John Langill, heading off to new lands

John Langill, CEO, North Coast GP Training (2006 – 2019), looks back on his time skippering the iconic regional organisation.

As I sat down to write about my time with North Coast GP Training, I couldn’t decide whether to take you on a nostalgic journey back to when the company was just starting out, or  concentrate on the wonderful GPs-in-training with whom we worked over the years or perhaps focus on new beginnings, fresh starts and a continuation of the story. 

Let’s go with the last, the future is always more interesting, and if things change then I can’t be held to account!

Pictured at William Creek airfield before flying over Kati Thander-Lake Eyre, now in a dramatic flood phase, are (l-r) Seair Pacific pilot and guide Kirk Campbell, Ruth Tinker, Susan Brown, Jane Griffin, John Haggerty, Andrew Binns, Jeni Binns, Emily Yorston, Mark Hartcher, Maree Beek, Jurriaan Beek, and pilot and GP Izaac Flanagan.

Named for an English audience after the explorer Edward John Eyre, who first sighted it in 1840, Australia’s Lake Eyre is still one of the natural wonders of the world. Not for thirty years would the lake’s expanse be determined, and was 113 years before the site would be renamed Kati Thander, the sacred Aboriginal name for its more common characteristic, a flat salt pan. Showing how dry and hard it can be, it was chosen in 1964 as the site for Donald Campbell’s successful world land-speed record (of 403mph) in his wheel-driven Bluebird.

The traditional name refers to “how the lake was formed after the skin of a kangaroo was spread over the ground”.

When full, it is one of the largest inland seas in the world as well as being the lowest natural point in Australia at 15 metres below sea level. On the rare occasion when totally full - a major flood may occur about every eight years - it covers 9,500 square kilometers. The feeder rivers such as Warburton Creek, Cooper Creek and Diamantina River from Queensland’s Channel Country turn the whole basin into a vast wetland.

 Dr Andrea Zarkovic shares valuable tips on maintaining vision in AMD patients in the primary care setting.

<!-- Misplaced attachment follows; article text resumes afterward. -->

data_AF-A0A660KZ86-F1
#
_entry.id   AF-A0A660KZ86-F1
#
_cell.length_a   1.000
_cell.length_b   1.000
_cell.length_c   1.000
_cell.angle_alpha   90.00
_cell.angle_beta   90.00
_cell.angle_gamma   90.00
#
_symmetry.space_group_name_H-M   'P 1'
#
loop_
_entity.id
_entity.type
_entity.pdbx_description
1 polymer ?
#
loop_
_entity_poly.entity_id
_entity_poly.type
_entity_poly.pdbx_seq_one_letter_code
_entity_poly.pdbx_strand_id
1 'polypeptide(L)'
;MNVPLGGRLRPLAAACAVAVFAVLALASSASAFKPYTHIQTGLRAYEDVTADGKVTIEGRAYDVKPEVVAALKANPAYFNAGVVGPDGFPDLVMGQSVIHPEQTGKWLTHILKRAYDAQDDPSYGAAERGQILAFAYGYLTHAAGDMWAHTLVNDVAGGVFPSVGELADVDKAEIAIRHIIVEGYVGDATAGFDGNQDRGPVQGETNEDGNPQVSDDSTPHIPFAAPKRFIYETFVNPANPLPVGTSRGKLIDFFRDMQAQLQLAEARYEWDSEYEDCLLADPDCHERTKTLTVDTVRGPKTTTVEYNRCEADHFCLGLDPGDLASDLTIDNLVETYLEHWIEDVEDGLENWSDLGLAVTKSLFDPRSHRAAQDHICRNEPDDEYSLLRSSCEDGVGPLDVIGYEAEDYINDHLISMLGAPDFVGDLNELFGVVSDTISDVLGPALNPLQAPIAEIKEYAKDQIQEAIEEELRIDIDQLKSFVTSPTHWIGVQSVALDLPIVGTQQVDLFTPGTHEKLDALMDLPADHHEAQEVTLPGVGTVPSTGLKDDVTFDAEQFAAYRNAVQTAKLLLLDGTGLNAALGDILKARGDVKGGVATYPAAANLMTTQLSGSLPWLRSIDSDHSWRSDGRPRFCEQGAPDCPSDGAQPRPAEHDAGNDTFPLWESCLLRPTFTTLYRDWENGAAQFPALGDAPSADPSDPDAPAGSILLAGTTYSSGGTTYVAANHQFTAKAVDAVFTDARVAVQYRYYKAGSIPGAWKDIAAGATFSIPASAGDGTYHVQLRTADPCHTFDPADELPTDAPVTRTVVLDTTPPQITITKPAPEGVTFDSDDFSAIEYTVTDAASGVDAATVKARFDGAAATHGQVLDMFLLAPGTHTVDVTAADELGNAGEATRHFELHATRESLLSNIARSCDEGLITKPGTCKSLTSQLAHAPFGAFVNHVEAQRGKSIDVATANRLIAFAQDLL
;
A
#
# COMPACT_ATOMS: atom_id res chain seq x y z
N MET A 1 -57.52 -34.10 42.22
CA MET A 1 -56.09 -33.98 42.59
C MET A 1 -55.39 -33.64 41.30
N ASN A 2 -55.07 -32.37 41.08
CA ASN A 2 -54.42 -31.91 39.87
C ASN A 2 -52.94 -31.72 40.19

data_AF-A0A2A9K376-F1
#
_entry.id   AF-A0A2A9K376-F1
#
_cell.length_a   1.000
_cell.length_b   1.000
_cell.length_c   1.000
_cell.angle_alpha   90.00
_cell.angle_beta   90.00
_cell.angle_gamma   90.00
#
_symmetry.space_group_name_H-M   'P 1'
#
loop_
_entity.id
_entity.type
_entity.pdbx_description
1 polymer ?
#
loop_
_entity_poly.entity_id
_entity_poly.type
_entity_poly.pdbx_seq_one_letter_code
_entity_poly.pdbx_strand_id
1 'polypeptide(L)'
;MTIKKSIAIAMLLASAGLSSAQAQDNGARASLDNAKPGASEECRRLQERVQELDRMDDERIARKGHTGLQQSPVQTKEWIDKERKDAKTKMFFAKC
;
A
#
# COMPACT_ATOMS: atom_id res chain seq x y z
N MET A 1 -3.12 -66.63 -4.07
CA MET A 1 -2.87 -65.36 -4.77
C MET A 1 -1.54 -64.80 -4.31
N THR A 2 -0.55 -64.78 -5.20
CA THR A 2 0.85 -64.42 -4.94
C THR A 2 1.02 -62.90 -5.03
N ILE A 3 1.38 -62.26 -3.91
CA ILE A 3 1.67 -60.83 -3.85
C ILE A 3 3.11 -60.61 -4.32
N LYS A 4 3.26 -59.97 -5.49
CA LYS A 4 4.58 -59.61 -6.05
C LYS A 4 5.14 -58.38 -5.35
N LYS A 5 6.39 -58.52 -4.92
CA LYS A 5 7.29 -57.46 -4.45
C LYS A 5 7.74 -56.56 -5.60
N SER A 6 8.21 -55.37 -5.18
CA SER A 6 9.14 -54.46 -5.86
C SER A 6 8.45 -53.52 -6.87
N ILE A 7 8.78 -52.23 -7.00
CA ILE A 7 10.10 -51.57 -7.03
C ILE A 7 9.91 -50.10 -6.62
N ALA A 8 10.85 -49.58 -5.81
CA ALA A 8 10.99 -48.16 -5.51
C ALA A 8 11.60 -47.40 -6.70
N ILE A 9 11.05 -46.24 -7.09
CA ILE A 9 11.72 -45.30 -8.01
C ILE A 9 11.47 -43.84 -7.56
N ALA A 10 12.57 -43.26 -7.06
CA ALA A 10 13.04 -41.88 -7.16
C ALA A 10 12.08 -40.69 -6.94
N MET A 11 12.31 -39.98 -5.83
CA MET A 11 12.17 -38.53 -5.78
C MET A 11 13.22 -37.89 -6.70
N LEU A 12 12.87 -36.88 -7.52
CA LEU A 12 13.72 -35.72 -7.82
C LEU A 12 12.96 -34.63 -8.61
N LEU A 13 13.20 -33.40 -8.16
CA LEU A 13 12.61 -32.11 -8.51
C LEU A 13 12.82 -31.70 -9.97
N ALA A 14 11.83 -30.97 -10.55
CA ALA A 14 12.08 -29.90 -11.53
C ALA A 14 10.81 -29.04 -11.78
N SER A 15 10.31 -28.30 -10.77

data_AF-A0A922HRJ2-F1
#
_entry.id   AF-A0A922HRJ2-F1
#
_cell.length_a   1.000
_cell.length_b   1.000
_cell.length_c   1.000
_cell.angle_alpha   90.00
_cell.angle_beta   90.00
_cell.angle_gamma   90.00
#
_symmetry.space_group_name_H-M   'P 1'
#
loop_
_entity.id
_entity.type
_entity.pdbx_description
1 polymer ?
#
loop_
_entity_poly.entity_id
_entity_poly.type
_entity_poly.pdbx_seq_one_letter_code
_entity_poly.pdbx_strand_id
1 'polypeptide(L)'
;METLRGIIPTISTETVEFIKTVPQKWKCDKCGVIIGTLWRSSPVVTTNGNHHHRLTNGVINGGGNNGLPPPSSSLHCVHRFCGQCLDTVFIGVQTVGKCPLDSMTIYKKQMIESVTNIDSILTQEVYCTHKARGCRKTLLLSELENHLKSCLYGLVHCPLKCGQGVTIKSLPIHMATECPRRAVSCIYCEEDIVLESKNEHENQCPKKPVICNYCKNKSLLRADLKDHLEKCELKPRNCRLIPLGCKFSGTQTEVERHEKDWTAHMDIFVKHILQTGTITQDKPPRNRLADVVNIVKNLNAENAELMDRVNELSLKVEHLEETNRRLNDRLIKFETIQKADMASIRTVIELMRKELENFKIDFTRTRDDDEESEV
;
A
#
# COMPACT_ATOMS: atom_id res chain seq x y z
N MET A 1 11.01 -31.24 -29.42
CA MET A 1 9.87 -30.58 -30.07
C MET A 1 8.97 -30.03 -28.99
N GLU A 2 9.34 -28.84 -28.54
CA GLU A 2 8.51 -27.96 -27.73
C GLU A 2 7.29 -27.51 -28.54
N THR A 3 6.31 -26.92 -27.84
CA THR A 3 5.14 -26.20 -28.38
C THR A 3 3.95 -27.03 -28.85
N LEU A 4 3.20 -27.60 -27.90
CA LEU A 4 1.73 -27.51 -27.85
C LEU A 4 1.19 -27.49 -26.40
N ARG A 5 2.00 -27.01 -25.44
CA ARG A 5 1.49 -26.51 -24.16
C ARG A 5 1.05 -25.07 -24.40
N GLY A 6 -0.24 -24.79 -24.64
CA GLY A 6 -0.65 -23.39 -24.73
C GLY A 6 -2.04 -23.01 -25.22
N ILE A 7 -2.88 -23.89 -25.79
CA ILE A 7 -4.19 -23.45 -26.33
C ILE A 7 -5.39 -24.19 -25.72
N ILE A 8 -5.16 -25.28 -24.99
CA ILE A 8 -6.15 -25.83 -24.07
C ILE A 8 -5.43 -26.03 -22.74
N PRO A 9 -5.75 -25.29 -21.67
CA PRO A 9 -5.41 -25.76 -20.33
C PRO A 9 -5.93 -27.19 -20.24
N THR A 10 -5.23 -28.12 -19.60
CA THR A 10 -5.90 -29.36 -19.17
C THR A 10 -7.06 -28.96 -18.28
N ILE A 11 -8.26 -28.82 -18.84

Patients with age-related macular degeneration (AMD) and those at high risk of developing the disease make up a large proportion of patients attending general practice.GPs can play an important role in the diagnosis and management of patients with macular degeneration.


Who should be checked for wet AMD?

Prevalence of AMD-related blindness in Australia has declined in recent years. While this is largely due to successful treatment, the key to success has been early diagnosis prompted by awareness of AMD in the general population and medical community.

Despite taking seven weeks to reply to the Commissioner’s request for a six-month extended deadline for the NSW Government’s inquiry into the drug ‘Ice’ Premier Gladys Berejiklian has agreed to only half that time.

This is despite a two-page written request by Commissioner Dan Howard SC arguing that the original deadline of 28 October 2019 “allows insufficient time for the Commission to adequately address the many important matters raised by the terms of reference.”


Residential aged care facilities in Australia have long faced criticism – inadequate medical supervision, insufficient numbers of nursing and care staff, poorly trained and lowly paid workers… no one talks of an easy fix, but few argue that changes aren’t needed.  

Although the number of elderly residents exceeds 200,000 (in 2672 ‘nursing homes’, as they were once called) the volume of concerns made public seemed relatively low… until recently when mounting complaints and media coverage prompted the Federal Government to call a Royal Commission into Aged Care Quality and Safety.

Hearings are well under way, as most Australians would know, and often harrowing evidence is being tendered. The Royal Commissioners are required to provide an interim report by 31 October this year, and a final report by 30 April 2020.